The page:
Early Minoxes are a miraculous combination of mechanical and optical engineering. The film is held against the back of the camera in a curved plane. This combines with the unusual focal length of the lens to deliver pin sharp images to film which is much closer to the lens than in conventional cameras.
In the classic Minoxes, pulling the ends gently apart exposes the viewfinder and lens. The shutter is operated by a small button on the top of the camera. In the early models, closing the camera feeds the film forward for the next shot. There is something very satisfying about operating such a finely engineered mechanism, and much of the fun of owning and using a Minox comes from the tactile pleasure of operating it.
The other pleasure comes from the quality of the images. Minox provide film in speeds from 25 ASA (very fine grain film, offering pin sharp images, but needing longer exposures) to the 400 ASA film which is familiar to holiday-makers. The film format is 8mm x 11mm (about the size of your little finger-nail). It is delivered in tiny cassettes which are barely more than an inch long and which can be loaded in daylight. (An innovation in 1938). Early cassettes were metal; the modern ones are plastic. You can still use the modern cassettes in the very earliest Minoxes.
More than just a camera
There were a lot of wonderful accessories. The pocket tripods are the size of pens. There were slide projectors.1
There were also film slitters, which could be used to split a standard 36-exposure 35mm film into 3 lengths each of which provided 50 exposures. You would have to do this in the dark of course; and you would then have the fun of loading these strips into the cassettes entirely by touch.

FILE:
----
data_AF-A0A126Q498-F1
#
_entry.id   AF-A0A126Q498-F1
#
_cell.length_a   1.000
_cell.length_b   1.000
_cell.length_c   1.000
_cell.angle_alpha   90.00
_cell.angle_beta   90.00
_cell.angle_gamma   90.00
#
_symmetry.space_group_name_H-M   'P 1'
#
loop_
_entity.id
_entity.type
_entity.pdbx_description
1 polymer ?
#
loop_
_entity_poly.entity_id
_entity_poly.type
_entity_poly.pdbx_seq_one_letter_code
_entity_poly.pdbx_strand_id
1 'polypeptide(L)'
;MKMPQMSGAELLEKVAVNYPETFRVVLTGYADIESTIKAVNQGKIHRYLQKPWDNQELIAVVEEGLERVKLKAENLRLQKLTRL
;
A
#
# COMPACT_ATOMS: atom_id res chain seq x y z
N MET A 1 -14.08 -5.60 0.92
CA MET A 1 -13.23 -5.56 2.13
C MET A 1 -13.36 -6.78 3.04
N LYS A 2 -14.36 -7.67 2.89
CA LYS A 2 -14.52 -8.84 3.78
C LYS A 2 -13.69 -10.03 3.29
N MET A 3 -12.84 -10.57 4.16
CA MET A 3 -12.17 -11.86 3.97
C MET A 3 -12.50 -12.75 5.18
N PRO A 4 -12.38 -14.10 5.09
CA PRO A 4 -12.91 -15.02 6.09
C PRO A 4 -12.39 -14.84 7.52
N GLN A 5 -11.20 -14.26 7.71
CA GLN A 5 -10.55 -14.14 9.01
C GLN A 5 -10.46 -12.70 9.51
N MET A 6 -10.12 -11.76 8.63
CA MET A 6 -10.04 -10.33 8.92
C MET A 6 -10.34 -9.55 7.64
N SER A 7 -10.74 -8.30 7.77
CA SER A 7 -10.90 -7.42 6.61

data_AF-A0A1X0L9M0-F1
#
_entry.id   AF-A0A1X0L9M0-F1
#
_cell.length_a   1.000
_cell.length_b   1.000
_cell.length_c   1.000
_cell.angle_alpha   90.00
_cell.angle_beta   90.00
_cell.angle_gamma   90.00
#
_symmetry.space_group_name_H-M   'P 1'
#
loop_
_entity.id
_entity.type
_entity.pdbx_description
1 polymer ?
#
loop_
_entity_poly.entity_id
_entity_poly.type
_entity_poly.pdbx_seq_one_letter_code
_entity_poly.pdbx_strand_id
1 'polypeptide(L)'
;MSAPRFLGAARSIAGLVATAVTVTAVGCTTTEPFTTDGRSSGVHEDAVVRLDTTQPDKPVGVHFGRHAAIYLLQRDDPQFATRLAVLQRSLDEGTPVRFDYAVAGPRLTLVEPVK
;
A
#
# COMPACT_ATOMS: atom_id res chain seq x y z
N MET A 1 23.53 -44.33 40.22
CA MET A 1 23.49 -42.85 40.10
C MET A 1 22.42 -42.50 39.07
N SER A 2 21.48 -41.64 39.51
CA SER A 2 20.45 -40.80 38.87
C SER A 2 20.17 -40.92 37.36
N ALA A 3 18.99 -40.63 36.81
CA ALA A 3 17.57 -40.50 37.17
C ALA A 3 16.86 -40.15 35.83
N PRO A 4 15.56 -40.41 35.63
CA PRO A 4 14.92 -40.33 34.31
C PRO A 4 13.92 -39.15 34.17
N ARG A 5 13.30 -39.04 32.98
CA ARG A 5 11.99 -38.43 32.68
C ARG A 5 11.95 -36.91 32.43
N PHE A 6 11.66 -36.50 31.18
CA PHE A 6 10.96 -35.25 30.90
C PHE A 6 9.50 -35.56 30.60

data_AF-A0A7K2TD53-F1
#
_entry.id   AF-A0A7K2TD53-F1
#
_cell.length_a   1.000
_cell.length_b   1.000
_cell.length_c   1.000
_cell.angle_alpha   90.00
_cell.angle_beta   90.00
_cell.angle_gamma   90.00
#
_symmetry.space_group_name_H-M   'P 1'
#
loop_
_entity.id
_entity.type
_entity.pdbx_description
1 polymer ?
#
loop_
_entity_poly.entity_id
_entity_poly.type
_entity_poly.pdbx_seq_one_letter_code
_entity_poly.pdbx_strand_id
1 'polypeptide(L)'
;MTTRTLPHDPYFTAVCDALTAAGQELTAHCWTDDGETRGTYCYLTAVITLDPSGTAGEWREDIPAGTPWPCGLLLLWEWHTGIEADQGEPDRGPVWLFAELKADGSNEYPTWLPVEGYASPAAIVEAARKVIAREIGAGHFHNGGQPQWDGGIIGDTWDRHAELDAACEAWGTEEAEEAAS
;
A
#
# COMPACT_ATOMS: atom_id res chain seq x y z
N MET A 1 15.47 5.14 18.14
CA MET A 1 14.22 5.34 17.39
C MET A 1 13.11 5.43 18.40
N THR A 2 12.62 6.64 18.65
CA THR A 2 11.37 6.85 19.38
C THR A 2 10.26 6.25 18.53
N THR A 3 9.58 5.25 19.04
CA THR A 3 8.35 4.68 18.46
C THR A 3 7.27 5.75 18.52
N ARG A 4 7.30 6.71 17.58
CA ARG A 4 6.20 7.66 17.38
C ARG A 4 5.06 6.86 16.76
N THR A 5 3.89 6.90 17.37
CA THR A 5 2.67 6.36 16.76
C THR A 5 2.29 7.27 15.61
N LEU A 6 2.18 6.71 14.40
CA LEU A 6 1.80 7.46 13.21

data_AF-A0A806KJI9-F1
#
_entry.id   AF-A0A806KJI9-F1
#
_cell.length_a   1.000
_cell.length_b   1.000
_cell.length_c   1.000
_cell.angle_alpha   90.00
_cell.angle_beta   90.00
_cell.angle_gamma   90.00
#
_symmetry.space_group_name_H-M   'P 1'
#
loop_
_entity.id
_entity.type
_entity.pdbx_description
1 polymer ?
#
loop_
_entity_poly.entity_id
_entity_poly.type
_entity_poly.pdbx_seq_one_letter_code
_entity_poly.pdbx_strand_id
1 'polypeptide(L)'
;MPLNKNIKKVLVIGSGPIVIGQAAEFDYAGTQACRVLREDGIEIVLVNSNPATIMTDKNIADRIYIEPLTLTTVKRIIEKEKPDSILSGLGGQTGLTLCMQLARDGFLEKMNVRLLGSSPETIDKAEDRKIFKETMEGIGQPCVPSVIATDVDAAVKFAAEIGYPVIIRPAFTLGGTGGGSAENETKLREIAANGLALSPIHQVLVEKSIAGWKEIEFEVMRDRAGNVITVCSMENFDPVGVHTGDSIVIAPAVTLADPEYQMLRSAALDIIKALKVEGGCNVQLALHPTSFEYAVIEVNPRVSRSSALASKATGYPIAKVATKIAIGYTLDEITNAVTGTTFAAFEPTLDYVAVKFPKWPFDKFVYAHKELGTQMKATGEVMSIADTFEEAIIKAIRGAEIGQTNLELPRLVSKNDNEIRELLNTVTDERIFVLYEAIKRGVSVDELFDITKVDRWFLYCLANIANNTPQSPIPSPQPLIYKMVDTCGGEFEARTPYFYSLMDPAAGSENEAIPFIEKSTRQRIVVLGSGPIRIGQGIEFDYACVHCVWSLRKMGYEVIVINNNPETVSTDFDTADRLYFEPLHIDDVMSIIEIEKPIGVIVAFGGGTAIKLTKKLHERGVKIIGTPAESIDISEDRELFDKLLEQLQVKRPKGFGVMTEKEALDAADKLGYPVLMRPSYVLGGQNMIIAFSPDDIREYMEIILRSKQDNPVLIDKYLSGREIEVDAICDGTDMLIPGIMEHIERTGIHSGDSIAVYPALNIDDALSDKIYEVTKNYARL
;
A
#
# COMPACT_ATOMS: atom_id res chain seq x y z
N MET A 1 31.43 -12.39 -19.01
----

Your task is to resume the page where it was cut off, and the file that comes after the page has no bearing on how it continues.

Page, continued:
And to quote Minox's own 1958 catalogue there was: an 'adjustable copy stand makes easy work of copying letters, documents, books, etc. It folds for easy pocket carrying'. Some people find the disingenuous wording in the original catalogues charming; others find it rather cynical. The catalogues and ephemera are collectors' items in themselves.
It is not difficult to find second-hand Minoxes. There are several specialist dealers on the Internet. In Germany they can be found in second-hand camera shops. Second hand Minoxes vary in price from about $150 to $1200. Be wary of cheap Minoxes though, most good ones start at about $400. The C or the B are good models for new users to start with, but the light meters on the B are getting old now, and you may need to run a couple of films through the camera to calibrate it before settling in to use it.
Minoxes are fascinating, and satisfying cameras to own and use. They fit comfortably in a pocket, and of course the fact that they are way cooler - and smaller - than the Canon Ixus and other modern pocket cameras is pleasing too.
And if you own a Minox, you may find yourself looking at it sometimes, and wondering where it has been, what it has seen...
K-chng! 'The man he is talking to here is your primary target'
You've seen the movies.